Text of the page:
Dreaming with your feet on the ground (from the periphery)

by Mariana Reis Maria and Tatiana Fleming

Vilson Groh is a Catholic Priest who lives on the hill of Mocotó, on the outskirts of Florianópolis (South of Brazil). In partnership with other civil organisations, he assists and promotes coordination to defend and guarantee the rights of vulnerable people. 

He develops activities of education and social assistance in the peripheries of Grande Florianópolis and in Guinea-Bissau in Africa. Father Vilson will be in Assisi for The Economy of Francesco (EoF) Global Event, especially during the conference on 23rd September 2022. That is why we wanted to interview him to learn more about him.

  • The projects that have already been achieved are the results of a three-year process. Father, could you tell us what you do on the outskirts of Florianópolis? How long have you been working in this place? What are the projects that are developed in the peripheries?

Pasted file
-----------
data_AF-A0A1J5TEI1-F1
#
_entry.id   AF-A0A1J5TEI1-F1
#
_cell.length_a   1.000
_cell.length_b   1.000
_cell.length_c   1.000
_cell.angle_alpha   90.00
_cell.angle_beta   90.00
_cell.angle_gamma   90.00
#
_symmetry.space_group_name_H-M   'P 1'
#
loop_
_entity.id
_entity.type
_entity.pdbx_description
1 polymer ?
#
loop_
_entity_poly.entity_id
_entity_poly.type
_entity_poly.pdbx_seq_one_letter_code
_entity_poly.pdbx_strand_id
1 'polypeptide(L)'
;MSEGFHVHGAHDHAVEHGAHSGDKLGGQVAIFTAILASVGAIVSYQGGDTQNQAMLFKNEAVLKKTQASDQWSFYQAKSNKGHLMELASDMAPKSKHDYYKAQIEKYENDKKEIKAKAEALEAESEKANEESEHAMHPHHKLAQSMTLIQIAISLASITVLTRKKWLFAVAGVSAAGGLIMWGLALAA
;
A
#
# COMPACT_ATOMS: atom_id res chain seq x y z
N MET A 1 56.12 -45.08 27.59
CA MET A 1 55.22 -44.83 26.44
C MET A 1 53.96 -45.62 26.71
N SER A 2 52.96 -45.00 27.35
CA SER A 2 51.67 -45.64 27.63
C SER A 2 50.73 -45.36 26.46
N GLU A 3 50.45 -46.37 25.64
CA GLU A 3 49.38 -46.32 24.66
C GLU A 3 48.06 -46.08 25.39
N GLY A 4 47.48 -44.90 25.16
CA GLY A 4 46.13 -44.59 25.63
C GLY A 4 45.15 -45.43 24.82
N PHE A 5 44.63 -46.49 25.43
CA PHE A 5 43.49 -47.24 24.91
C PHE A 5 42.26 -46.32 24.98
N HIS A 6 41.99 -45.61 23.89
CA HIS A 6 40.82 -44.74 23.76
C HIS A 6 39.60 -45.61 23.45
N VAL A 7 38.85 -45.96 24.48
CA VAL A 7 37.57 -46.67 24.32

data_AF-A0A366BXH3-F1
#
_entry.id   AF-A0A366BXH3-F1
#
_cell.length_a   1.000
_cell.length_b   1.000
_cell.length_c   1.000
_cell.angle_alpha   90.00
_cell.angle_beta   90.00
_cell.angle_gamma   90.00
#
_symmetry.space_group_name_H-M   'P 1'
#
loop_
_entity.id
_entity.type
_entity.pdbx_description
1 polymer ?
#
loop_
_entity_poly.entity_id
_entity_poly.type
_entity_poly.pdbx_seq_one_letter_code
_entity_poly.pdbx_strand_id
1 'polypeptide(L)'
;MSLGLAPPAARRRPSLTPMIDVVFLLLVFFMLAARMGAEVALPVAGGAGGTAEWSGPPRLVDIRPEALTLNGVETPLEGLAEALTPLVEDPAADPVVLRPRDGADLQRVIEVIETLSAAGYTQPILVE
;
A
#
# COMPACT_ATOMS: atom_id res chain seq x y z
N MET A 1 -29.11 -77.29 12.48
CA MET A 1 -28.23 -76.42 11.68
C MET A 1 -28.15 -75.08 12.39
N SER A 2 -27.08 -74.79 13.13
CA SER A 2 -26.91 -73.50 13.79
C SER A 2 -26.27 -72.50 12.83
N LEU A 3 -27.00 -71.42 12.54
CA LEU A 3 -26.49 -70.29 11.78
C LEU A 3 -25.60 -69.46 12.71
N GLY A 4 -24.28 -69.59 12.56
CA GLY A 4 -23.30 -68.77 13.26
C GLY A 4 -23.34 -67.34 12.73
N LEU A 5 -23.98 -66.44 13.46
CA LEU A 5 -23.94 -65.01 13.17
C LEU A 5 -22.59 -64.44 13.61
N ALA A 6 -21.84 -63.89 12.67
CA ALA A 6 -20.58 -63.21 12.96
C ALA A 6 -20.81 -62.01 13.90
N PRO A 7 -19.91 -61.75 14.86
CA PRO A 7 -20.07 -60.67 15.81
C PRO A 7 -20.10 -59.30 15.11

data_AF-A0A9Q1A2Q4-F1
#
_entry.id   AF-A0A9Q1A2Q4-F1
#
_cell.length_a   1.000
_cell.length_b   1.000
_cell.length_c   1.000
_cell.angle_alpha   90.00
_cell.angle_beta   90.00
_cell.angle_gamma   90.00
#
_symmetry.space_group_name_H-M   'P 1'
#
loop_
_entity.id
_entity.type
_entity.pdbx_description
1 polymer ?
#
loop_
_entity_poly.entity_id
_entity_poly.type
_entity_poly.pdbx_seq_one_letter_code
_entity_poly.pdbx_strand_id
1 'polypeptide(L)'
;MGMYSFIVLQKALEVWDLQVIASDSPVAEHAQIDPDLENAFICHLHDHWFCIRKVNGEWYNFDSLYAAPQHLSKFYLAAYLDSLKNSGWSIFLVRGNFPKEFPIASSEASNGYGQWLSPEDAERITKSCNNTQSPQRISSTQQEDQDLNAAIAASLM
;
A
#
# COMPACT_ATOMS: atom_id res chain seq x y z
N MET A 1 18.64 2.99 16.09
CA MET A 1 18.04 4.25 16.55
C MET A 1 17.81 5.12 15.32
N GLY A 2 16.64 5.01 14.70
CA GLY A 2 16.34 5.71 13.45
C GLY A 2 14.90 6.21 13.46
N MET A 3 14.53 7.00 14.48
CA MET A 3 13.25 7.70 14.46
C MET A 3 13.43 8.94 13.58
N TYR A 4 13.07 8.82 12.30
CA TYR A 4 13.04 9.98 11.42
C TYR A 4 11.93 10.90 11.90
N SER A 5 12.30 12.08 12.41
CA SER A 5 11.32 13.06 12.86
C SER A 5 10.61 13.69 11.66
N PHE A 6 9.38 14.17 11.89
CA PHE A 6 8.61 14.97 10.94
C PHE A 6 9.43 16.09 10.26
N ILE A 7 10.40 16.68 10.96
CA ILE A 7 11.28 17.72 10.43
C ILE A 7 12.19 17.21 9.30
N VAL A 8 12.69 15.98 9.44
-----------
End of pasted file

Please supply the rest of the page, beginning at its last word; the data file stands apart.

I started working on the outskirts of Grande Florianópolis when I was a student of theology in 1979. During this period, we had in mind this vision of Latin America and the Caribbean from the Puebla document that made a preferential option for the poor and for the youth. We assumed this option and it led me to seek the periphery as a locus theologicus, a locus socialis, and a locus mysticus, also from the point of view of the insertion and the incarnation of my ministry within the realities of the periphery, in the area of Grande Florianópolis. And then I began this process and went to stay in an area where I live to this day. It has been 40 years since I have lived on the outskirts.